Johnson County Board of Supervisors discuss future for American Rescue Plan funding

The Johnson County Board of Supervisors will hear from the public Oct. 27 about the American Rescue Plan funding, which is still in the distribution process.


Megan Nagorzanski

Johnson County Board of Supervisors vote on the second reading of the Unified Development Ordinance at the Johnson County Treasurer office on Thursday December 12, 2019.

Cooper Worth, News Reporter

The Johnson County Supervisors are still deciding on plans to allocate $29.3 million in federal American Rescue Plan COVID-19 relief funding after Wednesday morning’s work session. 

 The American Rescue Plan Act, which was signed into law by President Biden in March, is a $1.9 trillion relief package intended to help U.S. communities financially harmed by the COVID-19 pandemic.

Johnson County, with a population of roughly 150,000, received $29.3 million from the federal government. 

In preparation for dispersing the $29.3 million, Johnson County Departments and Offices were asked to complete an internal needs assessment to gauge where the funds are most needed, and how much should be supplied. 

Proposals ranged from providing premium pay for eligible Medical Examiner staff to translating services for ARPA projects and materials for non-English speakers, as previously reported by The Daily Iowan.  

 Johnson County Grants Coordinator Donna Brooks said at the meeting that the sheer magnitude of this grant can be overwhelming. 

“This is unprecedented and it’s 10 times larger than our current grant program that is administered by the board office,” she said. “We do not have the capacity to process this and we are not alone. This was a historic amount of money that was provided to local governments to respond to a scale we are not used to responding at.”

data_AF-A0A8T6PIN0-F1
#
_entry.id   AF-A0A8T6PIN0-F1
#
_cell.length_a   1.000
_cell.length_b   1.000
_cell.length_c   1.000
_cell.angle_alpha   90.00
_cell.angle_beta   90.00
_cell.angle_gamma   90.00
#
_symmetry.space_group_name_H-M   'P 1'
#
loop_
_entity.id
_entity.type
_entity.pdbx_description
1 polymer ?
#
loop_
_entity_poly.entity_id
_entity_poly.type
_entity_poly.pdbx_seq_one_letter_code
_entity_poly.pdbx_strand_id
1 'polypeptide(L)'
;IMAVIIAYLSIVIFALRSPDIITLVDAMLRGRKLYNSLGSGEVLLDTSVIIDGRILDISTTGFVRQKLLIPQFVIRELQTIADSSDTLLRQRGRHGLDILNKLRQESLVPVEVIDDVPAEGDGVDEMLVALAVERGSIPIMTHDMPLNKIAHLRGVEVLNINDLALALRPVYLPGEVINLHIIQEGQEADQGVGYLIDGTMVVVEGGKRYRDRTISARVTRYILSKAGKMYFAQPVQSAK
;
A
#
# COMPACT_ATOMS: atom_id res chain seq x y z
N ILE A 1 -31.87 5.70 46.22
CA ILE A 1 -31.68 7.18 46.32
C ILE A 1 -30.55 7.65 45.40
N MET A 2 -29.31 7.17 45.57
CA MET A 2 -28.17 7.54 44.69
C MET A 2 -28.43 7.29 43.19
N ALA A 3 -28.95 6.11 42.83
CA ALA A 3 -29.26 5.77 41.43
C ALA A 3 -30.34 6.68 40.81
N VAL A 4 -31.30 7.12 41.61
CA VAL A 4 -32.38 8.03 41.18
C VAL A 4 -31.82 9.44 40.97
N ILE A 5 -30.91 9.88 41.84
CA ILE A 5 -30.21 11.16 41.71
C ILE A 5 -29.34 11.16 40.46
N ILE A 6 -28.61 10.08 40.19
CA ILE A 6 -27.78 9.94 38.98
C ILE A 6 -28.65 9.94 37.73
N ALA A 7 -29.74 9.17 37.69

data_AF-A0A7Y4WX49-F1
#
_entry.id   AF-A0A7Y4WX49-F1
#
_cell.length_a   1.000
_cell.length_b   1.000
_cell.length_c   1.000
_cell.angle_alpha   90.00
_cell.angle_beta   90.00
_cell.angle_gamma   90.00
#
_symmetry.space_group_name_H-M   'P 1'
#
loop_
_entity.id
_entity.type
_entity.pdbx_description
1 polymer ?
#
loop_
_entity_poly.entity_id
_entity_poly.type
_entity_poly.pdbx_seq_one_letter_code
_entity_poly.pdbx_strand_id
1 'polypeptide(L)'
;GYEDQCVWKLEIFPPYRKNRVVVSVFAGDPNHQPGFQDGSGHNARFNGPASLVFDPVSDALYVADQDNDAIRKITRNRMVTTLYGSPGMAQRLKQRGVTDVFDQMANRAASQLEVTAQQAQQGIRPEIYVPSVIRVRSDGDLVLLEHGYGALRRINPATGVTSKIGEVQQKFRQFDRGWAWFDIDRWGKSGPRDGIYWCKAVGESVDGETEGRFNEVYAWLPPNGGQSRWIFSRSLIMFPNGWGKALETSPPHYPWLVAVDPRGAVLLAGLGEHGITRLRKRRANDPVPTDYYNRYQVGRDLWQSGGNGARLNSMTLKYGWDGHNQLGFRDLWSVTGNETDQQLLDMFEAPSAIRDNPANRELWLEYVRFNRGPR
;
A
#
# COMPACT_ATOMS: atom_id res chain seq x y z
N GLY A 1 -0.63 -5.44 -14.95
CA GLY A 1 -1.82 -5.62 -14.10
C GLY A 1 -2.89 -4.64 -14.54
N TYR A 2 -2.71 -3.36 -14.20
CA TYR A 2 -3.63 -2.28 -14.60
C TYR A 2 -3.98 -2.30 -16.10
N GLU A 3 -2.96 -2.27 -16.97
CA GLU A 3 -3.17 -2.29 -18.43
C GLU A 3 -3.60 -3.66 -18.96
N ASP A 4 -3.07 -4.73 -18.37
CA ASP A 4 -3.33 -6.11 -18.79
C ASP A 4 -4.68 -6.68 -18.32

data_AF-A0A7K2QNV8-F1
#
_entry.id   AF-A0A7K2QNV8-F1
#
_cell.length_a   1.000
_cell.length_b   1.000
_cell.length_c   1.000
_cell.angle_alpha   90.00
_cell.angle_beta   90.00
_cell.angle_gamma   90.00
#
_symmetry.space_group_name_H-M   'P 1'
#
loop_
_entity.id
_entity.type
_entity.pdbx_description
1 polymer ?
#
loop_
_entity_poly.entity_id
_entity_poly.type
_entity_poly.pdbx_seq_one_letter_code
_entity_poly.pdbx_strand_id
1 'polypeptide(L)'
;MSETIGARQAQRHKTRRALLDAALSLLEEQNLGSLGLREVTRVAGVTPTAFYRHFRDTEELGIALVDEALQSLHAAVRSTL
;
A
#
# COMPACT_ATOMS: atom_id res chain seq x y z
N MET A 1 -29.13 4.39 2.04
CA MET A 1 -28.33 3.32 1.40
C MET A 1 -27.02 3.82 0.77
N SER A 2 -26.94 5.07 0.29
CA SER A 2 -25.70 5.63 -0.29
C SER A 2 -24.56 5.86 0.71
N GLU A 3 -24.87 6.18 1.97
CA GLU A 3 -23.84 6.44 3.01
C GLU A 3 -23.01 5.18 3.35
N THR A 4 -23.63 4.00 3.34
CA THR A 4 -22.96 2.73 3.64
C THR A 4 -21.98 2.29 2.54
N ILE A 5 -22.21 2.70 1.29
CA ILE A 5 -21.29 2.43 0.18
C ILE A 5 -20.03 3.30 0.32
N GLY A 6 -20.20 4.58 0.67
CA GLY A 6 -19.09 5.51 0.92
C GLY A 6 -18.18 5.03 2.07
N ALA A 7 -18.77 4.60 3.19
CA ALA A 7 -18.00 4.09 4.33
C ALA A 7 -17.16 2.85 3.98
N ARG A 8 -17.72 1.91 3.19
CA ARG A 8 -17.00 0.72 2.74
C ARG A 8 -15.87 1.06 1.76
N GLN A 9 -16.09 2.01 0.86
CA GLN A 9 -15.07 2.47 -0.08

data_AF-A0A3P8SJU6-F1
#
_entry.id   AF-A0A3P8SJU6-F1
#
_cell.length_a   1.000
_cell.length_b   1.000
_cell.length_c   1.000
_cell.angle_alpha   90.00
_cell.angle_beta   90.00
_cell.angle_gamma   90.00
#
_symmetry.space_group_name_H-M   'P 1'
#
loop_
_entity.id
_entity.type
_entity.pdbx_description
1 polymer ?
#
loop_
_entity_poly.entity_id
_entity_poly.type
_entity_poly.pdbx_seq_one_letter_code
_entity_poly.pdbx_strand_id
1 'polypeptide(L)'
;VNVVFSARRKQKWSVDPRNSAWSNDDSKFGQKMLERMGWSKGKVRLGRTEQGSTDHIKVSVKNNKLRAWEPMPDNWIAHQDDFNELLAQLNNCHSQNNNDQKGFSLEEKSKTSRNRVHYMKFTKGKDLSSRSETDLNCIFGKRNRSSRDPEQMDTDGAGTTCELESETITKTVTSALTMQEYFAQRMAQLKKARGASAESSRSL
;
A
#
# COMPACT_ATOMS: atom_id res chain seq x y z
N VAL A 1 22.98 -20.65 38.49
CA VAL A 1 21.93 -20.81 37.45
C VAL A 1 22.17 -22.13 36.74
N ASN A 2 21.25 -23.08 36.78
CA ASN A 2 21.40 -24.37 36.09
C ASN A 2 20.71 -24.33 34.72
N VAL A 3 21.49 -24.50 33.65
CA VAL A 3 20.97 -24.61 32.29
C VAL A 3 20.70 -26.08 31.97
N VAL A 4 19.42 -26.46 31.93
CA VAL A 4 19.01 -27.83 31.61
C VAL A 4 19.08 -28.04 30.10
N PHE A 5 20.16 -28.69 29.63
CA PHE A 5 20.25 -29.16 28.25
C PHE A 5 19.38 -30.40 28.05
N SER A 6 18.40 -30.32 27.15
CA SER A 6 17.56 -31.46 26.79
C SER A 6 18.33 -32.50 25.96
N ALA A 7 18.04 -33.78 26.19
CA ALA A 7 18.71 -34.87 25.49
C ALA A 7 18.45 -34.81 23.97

Brooks told the Supervisors her team heard the need for the funding from county residents. The number of applicants for the funding increased from June to August, she added.

“We do understand the needs of the community are urgent,” she said. “I have regular check-ins with the director of social services, and she reported that in August, 101 applications were submitted of which 96 were approved.”

 Brooks told the Supervisors that planning for these proposals is the primary obstacle.  

“It’s very difficult to evaluate these projects without additional information,” she said. “That’s why we like the idea of thinking about them in terms of immediacy, inclusivity, and future prosperity.”

Supervisor Pat Heiden said the board will wait for direction from Brooks and her team before detailing plans further.

The final public town hall session will be held on Wednesday, Oct. 27 at the Johnson County Administration Building or via Zoom.